Aspects of Parkour, Freerunning and tricking trainingEdit
Good technique comes from repetition and practice. One cannot expect to preform a technique well from theoretical knowledge alone; they must understand how to control their bodies in a way to make the movement happen.
Every technique usually has multiple progressions leading up to it; for instance, a dash vault is based on the side vault, which is in turn based on the speed vault, which is based on the safety vault. It is important to learn each progression and not attempt anything above one's current level.
It is necessary not just to learn and practice techniques but also to condition the body to take the stress put on it by these activities. The most important aspects of conditioning are strength and flexibility. Strength can be gained by doing exercises such as quadrupedal movement, pullups, pushups, squats and crunches. At a more advanced level, muscle ups, deadlifts, and weighted squats can be done to increase strength.
Flexibility is also an important aspect of physical training. Tight muscles do not absorb shock well, which will lead to injuries (since Parkour, Freerunning, and tricking are relatively high-impact activities). It is especially important to stretch the muscles that are used the most, such as the calves, quadraceps, hip flexors, and shoulders.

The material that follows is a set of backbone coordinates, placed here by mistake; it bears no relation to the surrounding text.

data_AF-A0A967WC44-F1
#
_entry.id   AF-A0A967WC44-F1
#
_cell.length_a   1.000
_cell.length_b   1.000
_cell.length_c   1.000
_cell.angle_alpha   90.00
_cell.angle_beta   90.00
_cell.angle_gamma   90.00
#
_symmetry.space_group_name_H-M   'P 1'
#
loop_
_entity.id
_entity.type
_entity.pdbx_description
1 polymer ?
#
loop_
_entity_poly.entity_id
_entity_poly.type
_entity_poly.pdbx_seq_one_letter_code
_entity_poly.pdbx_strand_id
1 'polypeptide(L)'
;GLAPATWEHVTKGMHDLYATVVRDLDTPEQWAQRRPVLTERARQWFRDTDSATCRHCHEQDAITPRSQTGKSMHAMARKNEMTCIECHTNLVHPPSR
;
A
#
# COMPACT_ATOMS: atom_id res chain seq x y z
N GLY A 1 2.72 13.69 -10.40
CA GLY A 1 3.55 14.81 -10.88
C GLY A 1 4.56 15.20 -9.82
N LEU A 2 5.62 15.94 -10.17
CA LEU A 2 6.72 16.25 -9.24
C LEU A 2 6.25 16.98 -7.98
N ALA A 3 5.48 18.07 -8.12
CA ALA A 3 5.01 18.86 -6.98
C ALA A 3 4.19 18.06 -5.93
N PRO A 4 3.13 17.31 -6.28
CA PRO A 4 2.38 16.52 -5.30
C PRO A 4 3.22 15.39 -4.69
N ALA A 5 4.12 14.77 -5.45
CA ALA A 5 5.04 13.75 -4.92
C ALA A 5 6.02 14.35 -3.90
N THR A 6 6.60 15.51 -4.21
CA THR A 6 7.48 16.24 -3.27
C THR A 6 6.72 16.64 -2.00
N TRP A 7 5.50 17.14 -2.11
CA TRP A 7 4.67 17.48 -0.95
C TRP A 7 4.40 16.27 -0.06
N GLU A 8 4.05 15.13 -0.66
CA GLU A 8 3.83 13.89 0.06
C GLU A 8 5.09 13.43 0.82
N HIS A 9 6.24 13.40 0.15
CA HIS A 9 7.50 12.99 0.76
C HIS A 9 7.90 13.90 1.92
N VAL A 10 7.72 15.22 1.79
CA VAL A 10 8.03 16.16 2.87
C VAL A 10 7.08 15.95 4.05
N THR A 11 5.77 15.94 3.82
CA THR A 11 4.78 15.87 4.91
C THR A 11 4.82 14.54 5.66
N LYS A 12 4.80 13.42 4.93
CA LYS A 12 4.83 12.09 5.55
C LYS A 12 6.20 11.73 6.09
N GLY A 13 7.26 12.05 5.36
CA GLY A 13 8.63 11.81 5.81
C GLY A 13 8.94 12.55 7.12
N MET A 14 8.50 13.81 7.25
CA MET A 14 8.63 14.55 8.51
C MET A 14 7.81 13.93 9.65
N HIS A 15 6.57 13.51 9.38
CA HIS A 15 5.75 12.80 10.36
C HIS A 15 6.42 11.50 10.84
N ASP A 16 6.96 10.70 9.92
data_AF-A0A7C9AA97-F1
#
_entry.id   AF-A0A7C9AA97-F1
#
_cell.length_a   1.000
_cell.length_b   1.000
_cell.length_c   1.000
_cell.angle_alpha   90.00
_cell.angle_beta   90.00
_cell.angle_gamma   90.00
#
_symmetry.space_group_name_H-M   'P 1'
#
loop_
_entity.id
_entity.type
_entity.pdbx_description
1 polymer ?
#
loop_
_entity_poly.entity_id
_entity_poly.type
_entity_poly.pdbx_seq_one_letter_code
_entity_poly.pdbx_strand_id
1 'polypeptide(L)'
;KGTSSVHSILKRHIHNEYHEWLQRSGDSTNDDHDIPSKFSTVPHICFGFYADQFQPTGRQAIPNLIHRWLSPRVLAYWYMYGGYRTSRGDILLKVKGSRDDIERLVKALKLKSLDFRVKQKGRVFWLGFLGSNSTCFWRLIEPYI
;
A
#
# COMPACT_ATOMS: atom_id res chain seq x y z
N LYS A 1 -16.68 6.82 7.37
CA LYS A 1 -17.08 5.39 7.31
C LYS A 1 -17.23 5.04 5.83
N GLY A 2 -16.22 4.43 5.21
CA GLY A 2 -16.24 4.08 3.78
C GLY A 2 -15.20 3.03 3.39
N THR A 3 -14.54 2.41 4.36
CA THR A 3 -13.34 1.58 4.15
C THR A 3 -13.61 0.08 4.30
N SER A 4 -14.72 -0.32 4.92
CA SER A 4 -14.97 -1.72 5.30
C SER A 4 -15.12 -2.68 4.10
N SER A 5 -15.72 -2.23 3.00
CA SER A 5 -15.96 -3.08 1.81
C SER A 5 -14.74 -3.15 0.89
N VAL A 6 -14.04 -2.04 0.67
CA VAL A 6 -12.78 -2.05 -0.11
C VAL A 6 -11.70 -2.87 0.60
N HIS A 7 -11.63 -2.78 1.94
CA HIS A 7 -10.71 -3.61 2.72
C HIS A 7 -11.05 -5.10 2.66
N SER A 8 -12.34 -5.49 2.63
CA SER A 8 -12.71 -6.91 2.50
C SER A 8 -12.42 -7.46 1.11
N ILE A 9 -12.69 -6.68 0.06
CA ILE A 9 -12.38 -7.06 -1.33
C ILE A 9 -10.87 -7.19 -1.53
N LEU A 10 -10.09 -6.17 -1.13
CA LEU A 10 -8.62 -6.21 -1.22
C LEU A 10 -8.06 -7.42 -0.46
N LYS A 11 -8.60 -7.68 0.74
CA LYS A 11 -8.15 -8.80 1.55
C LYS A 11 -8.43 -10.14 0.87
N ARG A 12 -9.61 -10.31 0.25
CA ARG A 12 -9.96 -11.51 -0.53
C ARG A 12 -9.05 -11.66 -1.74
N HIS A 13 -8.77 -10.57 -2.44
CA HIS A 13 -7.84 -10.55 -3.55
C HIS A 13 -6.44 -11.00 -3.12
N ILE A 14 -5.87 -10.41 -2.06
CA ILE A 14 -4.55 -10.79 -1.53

Mental training is also important. One must be more aware of their surroundings and their own bodies, as well as increasing cognitive ability, creativity, critical thinking, patience, determination and pain tolerance.
- Make sure you have an excellent understanding of basic moves.
- Do not attempt moves that are beyond your level of training. Most injuries in Parkour and Freerunning are a result of trying to progress too fast (the most common example of this would be taking too many big drops).